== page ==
Genius plan or political game?
Venezuela earlier this year became the first country to peg its fiat currency to a cryptocurrency. But the controversial scheme has been slated as a “fraud” perpetrated to alleviate US sanctions.
the world keeps on giving us firsts. Like the first national fiat currency to be pegged to a cryptocurrency. But for many in the cryptocurrency sector this is not playing out as they imagined. In February this year, Venezuela decided to peg its rebranded and devalued currency, the sovereign bolivar, to a new state-issued cryptocurrency called the petro.
According to news reports, Iran and Russia are also assessing similar possibilities.
Considering that the whole idea of cryptocurrencies on the blockchain was aimed at a decentralised financial system, the move towards state-controlled cryptocurrencies might be seen as a strange development.
But these three countries have something in common: They are all struggling with damaging sanctions imposed by the US. And that’s the elephant in the room when it comes to considering the latest developments in cryptocurrency-backed national currencies.
In Venezuela’s case, the aim of sanctions launched by the administration of US President Donald Trump last year is to stop the country from borrowing or selling assets in the US system.
But Venezuela has also been battling hyperinflation and declining oil production, both of which have pushed its economy to the brink of collapse.
The Venezuelan economy is set to shrink by around a fifth and many Venezuelans are pouring into neighbouring countries looking for a better life.
The International Monetary Fund (IMF) says the situation is not that far off from the one the Germans faced in 1923 or Zimbabweans in the 2000s.
Venezuelan president Nicolás Maduro believes that the new cryptocurrency will solve all these problems. He announced on television in mid-August that the Venezuelan government valued the petro at 3 600 sovereign bolivars.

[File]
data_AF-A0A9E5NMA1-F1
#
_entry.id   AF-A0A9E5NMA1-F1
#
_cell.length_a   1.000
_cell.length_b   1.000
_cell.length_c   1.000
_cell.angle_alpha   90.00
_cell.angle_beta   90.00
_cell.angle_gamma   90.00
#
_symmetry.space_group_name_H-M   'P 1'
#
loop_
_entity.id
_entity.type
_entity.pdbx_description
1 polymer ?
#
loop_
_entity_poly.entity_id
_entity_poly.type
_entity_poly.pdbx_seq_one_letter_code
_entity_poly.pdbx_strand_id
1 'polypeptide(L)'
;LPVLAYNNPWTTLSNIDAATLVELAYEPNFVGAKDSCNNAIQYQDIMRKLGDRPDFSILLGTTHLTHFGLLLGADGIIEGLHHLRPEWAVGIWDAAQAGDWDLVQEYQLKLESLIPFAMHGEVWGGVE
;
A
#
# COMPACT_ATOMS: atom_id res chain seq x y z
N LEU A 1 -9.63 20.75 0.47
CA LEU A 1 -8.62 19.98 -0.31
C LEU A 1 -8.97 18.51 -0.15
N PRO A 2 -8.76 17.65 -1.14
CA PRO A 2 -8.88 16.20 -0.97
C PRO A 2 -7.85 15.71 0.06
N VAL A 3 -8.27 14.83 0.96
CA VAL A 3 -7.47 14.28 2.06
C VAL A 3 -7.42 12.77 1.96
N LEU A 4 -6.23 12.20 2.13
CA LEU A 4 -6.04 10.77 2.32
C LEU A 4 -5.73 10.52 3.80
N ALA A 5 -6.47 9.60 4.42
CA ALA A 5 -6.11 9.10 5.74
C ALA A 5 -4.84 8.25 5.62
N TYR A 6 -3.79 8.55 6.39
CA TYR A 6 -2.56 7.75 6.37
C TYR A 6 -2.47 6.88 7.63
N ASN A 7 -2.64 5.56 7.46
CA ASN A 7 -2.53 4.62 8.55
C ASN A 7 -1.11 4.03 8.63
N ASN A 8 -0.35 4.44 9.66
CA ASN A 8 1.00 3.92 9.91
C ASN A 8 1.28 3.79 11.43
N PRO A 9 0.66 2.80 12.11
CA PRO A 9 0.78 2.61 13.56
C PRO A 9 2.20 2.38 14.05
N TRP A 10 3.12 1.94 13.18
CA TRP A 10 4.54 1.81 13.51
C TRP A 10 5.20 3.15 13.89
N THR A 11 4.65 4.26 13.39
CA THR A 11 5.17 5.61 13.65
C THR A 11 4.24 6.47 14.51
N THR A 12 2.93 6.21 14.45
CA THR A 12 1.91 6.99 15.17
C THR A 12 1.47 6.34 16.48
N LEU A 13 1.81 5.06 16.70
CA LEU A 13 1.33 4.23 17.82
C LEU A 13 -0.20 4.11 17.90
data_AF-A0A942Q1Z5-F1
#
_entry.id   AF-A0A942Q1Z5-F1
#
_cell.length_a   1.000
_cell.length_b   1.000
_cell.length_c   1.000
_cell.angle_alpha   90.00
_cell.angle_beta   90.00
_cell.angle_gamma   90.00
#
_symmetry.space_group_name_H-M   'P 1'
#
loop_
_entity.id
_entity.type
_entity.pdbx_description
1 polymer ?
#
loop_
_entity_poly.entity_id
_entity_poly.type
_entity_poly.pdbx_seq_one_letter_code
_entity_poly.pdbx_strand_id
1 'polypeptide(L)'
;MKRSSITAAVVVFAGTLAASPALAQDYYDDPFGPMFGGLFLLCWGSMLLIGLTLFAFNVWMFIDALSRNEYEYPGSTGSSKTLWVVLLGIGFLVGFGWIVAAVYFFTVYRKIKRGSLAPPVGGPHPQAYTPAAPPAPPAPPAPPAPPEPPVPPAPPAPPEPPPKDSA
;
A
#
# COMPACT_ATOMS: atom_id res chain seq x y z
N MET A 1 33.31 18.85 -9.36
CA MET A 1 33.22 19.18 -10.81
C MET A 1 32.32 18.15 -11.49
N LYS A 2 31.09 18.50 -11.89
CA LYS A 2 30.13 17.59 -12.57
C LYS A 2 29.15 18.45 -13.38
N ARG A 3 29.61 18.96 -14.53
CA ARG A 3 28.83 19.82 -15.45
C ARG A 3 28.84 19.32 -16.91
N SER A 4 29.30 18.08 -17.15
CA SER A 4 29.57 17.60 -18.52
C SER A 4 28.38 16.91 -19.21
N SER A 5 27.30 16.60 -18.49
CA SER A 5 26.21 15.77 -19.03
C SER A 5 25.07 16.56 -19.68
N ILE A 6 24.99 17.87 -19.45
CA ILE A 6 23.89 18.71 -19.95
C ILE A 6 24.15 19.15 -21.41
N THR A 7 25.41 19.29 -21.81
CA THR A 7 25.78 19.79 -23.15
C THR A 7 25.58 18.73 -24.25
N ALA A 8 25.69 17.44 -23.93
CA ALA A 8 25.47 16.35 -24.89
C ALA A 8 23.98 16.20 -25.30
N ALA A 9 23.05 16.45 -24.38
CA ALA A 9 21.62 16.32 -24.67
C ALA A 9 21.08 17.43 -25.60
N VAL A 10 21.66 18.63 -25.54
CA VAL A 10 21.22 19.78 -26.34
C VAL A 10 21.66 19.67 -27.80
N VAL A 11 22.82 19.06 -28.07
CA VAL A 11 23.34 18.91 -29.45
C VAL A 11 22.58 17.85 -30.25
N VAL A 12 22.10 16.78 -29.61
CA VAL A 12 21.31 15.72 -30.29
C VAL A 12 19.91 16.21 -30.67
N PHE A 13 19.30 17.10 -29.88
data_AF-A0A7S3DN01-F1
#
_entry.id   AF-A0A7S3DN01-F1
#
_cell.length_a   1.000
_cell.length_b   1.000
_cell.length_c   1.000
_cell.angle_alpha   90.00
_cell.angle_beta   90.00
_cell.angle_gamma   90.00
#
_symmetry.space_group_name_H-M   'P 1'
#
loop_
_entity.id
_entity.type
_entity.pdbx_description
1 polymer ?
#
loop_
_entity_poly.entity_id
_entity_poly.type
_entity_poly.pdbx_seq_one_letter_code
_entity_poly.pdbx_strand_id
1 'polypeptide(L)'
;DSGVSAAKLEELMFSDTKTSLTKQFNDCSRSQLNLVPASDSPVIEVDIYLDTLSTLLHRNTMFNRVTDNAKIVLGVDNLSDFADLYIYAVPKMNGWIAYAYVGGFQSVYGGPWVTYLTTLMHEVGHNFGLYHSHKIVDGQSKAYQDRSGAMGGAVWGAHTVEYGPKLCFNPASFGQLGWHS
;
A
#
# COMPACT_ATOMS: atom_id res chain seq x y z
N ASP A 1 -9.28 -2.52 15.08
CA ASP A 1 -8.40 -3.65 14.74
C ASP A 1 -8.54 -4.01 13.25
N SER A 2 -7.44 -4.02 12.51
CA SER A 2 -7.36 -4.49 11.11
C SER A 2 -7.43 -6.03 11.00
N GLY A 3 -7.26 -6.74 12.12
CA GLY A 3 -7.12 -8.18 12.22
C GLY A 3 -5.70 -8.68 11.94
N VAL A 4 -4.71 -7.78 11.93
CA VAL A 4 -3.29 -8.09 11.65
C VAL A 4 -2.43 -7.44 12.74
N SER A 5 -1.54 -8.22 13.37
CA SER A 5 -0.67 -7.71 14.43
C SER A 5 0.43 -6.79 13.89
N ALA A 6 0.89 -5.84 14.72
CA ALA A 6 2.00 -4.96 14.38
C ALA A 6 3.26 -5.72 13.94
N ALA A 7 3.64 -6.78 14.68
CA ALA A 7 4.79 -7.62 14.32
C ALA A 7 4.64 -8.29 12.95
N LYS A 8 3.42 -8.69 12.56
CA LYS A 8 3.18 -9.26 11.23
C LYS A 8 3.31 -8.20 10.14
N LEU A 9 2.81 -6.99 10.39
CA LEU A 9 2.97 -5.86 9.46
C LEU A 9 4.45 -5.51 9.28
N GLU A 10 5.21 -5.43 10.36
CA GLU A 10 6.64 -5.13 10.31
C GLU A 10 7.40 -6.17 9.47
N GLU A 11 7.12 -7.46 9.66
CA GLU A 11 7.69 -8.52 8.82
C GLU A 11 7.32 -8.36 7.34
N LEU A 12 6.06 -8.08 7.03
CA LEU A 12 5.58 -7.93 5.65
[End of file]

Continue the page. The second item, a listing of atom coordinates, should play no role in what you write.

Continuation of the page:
According to various reports, Maduro claims that the petro is backed by about 1.5bn barrels worth of petroleum reserves which are in an isolated part of the country.
“They’ve dollarised our prices. I am petrolising salaries and petrolising prices,” Maduro told the Venezuelan nation on state television. “We are going to convert the petro into the reference that pegs the entire economy’s movements.”
Maduro claimed that the petro would impact how Venezuela traded with the rest of the world and how it got access to foreign currencies – in short, how it negated US sanctions.
But Reuters recently visited the site where the reserves are said to be located, and reported that there was no sign of the government tapping into those reserves. Regarding the cryptocurrency itself, Reuters also found “little evidence of a thriving petro trade. The coin is not sold on any major cryptocurrency exchange. No shops are known to accept it.”
It is fair to say that at this point the nation of Venezuela is in uncharted waters.
Venezuela insists that the petro is backed by the country’s oil and mineral reserves, but critics maintain that the details of how it works are thin on the ground. Some rating agencies have called it a “fraud”, while blockchain experts are calling it “a scam”.
US sanctions loom so large over the launch of the petro that it has been suggested that most of the major international crypto exchanges like Bitfinex, Coinbase, Bittrex and Kraken have chosen not to list the petro for fear of US retaliation.
According to a state White Paper on the petro, released in January, Venezuela has issued 100m petros based on the NEM blockchain. In February this year, Maduro’s administration launched the petro in a staggered offering to investors. First came a pre-sale to private investors to the tune of 38.4m petros, and second a public offering of 44m petros, with discounts offered to early buyers.
In March, Maduro announced that Venezuela had garnered some $5bn in offers from 133 countries including Russia, China, Colombia, Spain and Mexico.
By April, Maduro stated that the country had raised $3.3bn, with $1bn of this deposited in the country’s central bank reserves to be used for foreign exchange auctions.
Media reports have continued to debunk these claims.
A Reuters investigation quoted former Venezuelan oil minister Rafael Ramírez as saying that the petro was being set at an “arbitrary value”, which only existed in the “government’s imagination”.
Cabinet minister Hugbel Roa reportedly told Reuters that the technology behind the coin was still in development and that “nobody has been able to make use of the petro [...] nor have any resources been received”.
The world’s first cryptocurrency-backed national fiat currency may yet turn out to be a mere political game, being played at the expense of Venezuelan citizens.
However, it is important to remember, too, that US sanctions are no less a political game being played at the expense of Venezuela’s people. If the petro does turn out to be a giant scam, then we need to remind ourselves of the geo-political conditions that created it. ■ firstname.lastname@example.org
Nicolás Maduro President of Venezuela